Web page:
“base” first and second lens groups have a 1.25× demagnification
Thickness/ Refractive
Surface spacing index Nd,
Radius following Abbe. No.
Surf. No. Note (mm) surface (mm) Vd
0 Object 28.73 Air
2 Window 6.00 1.5168, 64.2
3 15.45 Air
4 Hard Aperture −227.53 23.34 1.6511, 55.9
84 mm Dia.
5 −62.74 0.50 Air
7 −193.97 5.00 1.7847, 26.1
8 Cements 171.20 0.01 ˜1.52, —
9 171.20 29.40 1.6511, 55.9
10 −101.28 5.00 Air

FIG. 4 is a side view diagrammatic representation of the lenses used within the lens arrangement 100 of FIG. 1 set at a demagnification of 2.5× in accordance with one embodiment of the present invention. A doublet 306 and a singlet 308 are inserted between the second lens group 104 and the object to achieve a 2.5× demagnification. Similar to the 1.25× set of lenses, the 2.5× set of lenses have a positive power so as to converge the light. The specific parameters for the doublet 306 and singlet 308 are provided in the following table:

TABLE 4
Prescription for doublet 306 and singlet 308 which combined with
“base” first and second lens groups have a 2.5× demagnification
Thickness/ Refractive
Surface spacing index Nd,
Radius following Abbe. No.
Surf. No. Note (mm) surface (mm) Vd
0 Object 134.92 Air
2 Window 6.00 1.5168, 64.2
3 6.02 Air
5 287.20 25.00 1.5168, 64.2
6 −206.30 0.50 Air
7 116.98 10.05 1.7847, 26.1
8 Cement 82.50 0.01 ˜1.52, —
9 82.50 18.00 1.4875, 70.4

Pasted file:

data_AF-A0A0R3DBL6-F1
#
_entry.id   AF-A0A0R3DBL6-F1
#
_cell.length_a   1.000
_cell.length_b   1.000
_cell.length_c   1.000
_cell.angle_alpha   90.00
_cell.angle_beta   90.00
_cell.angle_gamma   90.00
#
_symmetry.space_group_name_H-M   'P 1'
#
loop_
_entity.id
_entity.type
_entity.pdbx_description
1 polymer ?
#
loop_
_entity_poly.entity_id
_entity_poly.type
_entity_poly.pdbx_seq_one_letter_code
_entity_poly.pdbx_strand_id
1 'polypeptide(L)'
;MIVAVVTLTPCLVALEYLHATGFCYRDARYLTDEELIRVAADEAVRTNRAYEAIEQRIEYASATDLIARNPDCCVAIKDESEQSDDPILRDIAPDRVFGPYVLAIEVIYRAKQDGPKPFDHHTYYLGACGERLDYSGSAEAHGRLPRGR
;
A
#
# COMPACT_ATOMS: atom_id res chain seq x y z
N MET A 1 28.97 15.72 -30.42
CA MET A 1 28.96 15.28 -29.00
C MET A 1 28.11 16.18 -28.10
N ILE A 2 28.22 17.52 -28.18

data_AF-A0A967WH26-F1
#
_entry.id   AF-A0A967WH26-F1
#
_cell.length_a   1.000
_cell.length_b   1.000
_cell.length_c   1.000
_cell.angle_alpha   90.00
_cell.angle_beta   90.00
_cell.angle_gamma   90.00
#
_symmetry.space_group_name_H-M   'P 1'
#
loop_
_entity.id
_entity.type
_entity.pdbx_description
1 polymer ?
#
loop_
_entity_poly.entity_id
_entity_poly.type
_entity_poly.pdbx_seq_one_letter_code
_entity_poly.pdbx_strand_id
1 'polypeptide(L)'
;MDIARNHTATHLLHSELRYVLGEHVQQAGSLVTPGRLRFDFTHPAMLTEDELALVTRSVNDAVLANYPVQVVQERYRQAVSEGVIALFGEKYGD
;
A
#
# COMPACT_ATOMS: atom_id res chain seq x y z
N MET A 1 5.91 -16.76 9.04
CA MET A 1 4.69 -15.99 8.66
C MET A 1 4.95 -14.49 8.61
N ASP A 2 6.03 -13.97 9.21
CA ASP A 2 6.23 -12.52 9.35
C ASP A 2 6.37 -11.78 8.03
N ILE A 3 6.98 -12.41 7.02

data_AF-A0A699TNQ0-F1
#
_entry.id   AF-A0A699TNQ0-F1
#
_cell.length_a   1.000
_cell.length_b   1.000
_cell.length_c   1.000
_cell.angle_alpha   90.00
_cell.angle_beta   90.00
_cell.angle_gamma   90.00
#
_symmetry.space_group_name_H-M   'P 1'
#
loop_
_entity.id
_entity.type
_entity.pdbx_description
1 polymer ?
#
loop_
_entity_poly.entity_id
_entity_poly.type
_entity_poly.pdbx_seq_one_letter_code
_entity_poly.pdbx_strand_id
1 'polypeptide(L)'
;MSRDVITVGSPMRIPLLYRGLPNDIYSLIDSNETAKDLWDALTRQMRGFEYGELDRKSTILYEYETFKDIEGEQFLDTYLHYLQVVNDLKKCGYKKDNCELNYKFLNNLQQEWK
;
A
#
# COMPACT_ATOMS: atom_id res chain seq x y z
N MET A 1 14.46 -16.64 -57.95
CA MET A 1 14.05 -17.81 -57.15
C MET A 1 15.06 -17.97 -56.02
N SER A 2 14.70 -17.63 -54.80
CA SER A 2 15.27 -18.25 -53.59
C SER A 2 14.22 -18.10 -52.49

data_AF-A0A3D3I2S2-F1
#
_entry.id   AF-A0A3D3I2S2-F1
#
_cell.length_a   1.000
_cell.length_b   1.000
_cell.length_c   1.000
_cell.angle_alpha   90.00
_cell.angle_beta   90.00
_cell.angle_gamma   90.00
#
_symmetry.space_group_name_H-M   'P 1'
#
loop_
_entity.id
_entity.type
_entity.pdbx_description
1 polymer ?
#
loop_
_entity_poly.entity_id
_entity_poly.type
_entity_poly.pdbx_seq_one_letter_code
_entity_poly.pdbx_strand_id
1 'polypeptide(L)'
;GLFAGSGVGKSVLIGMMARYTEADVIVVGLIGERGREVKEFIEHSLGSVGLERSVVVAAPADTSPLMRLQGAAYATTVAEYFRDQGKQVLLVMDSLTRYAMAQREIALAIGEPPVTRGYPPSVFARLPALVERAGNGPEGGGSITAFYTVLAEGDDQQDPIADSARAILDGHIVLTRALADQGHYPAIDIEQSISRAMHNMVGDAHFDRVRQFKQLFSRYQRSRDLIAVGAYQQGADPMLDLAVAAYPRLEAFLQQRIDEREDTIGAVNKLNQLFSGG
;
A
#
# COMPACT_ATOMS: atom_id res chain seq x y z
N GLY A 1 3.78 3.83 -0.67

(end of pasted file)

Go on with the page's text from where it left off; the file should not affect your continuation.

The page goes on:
10 110.31 19.12 Air

FIG. 5 is a side view diagrammatic representation of the lenses used within the lens arrangement 100 of FIG. 1 set at a demagnification of 7.5× and 10× in accordance with one embodiment of the present of the present invention. A negative doublet 310 is inserted between the second lens group 104 and the object to achieve a relatively high demagnification. The doublet 310 diverge the light while maintaining the aberration correction imposed by the first and second lens groups. The specific parameters for the doublet 310 for the 7.5× demagnification is provided in the following Table 4:

TABLE 4
Prescription for doublet 310 which combined with “base” first and
second lens groups have a 7.5× demagnification
Thickness/ Refractive
Surface spacing index Nd,
Radius following Abbe. No.
Surf. No. Note (mm) surface (mm) Vd
0 Object 381.34 Air
2 Window 6.00 1.5168, 64.2
3 51.69 Air
7 −581.35 11.00 1.7847, 26.1
8 Cement −408.10 0.01 ˜1.52, —
9 −408.10 8.00 1.5168, 64.2
10 1.3170e+03 8.00 Air